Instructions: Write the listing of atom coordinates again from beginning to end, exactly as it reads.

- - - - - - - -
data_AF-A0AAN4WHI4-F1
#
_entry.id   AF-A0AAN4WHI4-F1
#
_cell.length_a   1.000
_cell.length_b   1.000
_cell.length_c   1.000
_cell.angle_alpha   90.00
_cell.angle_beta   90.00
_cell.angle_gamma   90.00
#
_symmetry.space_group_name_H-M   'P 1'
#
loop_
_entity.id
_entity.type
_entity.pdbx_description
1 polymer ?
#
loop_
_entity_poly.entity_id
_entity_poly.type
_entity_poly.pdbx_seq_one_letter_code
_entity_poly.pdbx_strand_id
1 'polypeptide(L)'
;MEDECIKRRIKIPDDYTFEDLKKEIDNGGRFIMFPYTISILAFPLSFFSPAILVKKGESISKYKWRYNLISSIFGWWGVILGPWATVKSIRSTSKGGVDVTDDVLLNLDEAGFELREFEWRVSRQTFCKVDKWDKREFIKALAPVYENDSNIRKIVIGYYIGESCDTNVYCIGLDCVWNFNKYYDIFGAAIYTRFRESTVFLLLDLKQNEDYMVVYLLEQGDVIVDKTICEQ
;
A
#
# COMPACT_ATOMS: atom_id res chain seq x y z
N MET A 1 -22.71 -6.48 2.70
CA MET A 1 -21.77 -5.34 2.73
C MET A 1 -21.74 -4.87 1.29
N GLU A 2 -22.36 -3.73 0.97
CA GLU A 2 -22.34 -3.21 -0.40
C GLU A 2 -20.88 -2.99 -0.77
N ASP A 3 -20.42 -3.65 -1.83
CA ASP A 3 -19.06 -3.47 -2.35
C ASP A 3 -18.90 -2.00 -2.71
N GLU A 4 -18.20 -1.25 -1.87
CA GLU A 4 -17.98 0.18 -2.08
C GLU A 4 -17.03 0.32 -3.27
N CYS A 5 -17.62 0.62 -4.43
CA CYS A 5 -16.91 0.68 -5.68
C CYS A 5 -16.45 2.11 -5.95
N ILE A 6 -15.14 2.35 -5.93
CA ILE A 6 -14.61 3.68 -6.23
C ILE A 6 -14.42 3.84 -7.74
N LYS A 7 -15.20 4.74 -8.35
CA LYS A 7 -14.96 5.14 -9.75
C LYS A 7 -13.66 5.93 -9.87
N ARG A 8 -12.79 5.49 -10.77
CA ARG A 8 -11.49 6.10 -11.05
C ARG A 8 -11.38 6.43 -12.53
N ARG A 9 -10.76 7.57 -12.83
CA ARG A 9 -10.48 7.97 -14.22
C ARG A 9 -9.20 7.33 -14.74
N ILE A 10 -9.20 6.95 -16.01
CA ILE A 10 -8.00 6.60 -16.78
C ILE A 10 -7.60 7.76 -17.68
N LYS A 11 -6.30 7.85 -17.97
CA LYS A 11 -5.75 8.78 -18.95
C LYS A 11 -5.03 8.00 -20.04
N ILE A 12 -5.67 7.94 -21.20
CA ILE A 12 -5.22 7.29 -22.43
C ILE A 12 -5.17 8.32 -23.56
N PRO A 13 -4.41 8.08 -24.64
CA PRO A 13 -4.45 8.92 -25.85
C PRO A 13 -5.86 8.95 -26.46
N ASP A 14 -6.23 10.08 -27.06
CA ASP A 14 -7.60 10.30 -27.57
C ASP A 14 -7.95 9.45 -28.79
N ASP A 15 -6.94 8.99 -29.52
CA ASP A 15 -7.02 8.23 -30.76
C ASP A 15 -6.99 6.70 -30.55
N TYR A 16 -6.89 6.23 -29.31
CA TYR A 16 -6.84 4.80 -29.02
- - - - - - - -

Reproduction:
data_AF-A0AAN4WHI4-F1
#
_entry.id   AF-A0AAN4WHI4-F1
#
_cell.length_a   1.000
_cell.length_b   1.000
_cell.length_c   1.000
_cell.angle_alpha   90.00
_cell.angle_beta   90.00
_cell.angle_gamma   90.00
#
_symmetry.space_group_name_H-M   'P 1'
#
loop_
_entity.id
_entity.type
_entity.pdbx_description
1 polymer ?
#
loop_
_entity_poly.entity_id
_entity_poly.type
_entity_poly.pdbx_seq_one_letter_code
_entity_poly.pdbx_strand_id
1 'polypeptide(L)'
;MEDECIKRRIKIPDDYTFEDLKKEIDNGGRFIMFPYTISILAFPLSFFSPAILVKKGESISKYKWRYNLISSIFGWWGVILGPWATVKSIRSTSKGGVDVTDDVLLNLDEAGFELREFEWRVSRQTFCKVDKWDKREFIKALAPVYENDSNIRKIVIGYYIGESCDTNVYCIGLDCVWNFNKYYDIFGAAIYTRFRESTVFLLLDLKQNEDYMVVYLLEQGDVIVDKTICEQ
;
A
#
# COMPACT_ATOMS: atom_id res chain seq x y z
N MET A 1 -22.71 -6.48 2.70
CA MET A 1 -21.77 -5.34 2.73
C MET A 1 -21.74 -4.87 1.29
N GLU A 2 -22.36 -3.73 0.97
CA GLU A 2 -22.34 -3.21 -0.40
C GLU A 2 -20.88 -2.99 -0.77
N ASP A 3 -20.42 -3.65 -1.83
CA ASP A 3 -19.06 -3.47 -2.35
C ASP A 3 -18.90 -2.00 -2.71
N GLU A 4 -18.20 -1.25 -1.87
CA GLU A 4 -17.98 0.18 -2.08
C GLU A 4 -17.03 0.32 -3.27
N CYS A 5 -17.62 0.62 -4.43
CA CYS A 5 -16.91 0.68 -5.68
C CYS A 5 -16.45 2.11 -5.95
N ILE A 6 -15.14 2.35 -5.93
CA ILE A 6 -14.61 3.68 -6.23
C ILE A 6 -14.42 3.84 -7.74
N LYS A 7 -15.20 4.74 -8.35
CA LYS A 7 -14.96 5.14 -9.75
C LYS A 7 -13.66 5.93 -9.87
N ARG A 8 -12.79 5.49 -10.77
CA ARG A 8 -11.49 6.10 -11.05
C ARG A 8 -11.38 6.43 -12.53
N ARG A 9 -10.76 7.57 -12.83
CA ARG A 9 -10.48 7.97 -14.22
C ARG A 9 -9.20 7.33 -14.74
N ILE A 10 -9.20 6.95 -16.01
CA ILE A 10 -8.00 6.60 -16.78
C ILE A 10 -7.60 7.76 -17.68
N LYS A 11 -6.30 7.85 -17.97
CA LYS A 11 -5.75 8.78 -18.95
C LYS A 11 -5.03 8.00 -20.04
N ILE A 12 -5.67 7.94 -21.20
CA ILE A 12 -5.22 7.29 -22.43
C ILE A 12 -5.17 8.32 -23.56
N PRO A 13 -4.41 8.08 -24.64
CA PRO A 13 -4.45 8.92 -25.85
C PRO A 13 -5.86 8.95 -26.46
N ASP A 14 -6.23 10.08 -27.06
CA ASP A 14 -7.60 10.30 -27.57
C ASP A 14 -7.95 9.45 -28.79
N ASP A 15 -6.94 8.99 -29.52
CA ASP A 15 -7.02 8.23 -30.76
C ASP A 15 -6.99 6.70 -30.55
N TYR A 16 -6.89 6.23 -29.31
CA TYR A 16 -6.84 4.80 -29.02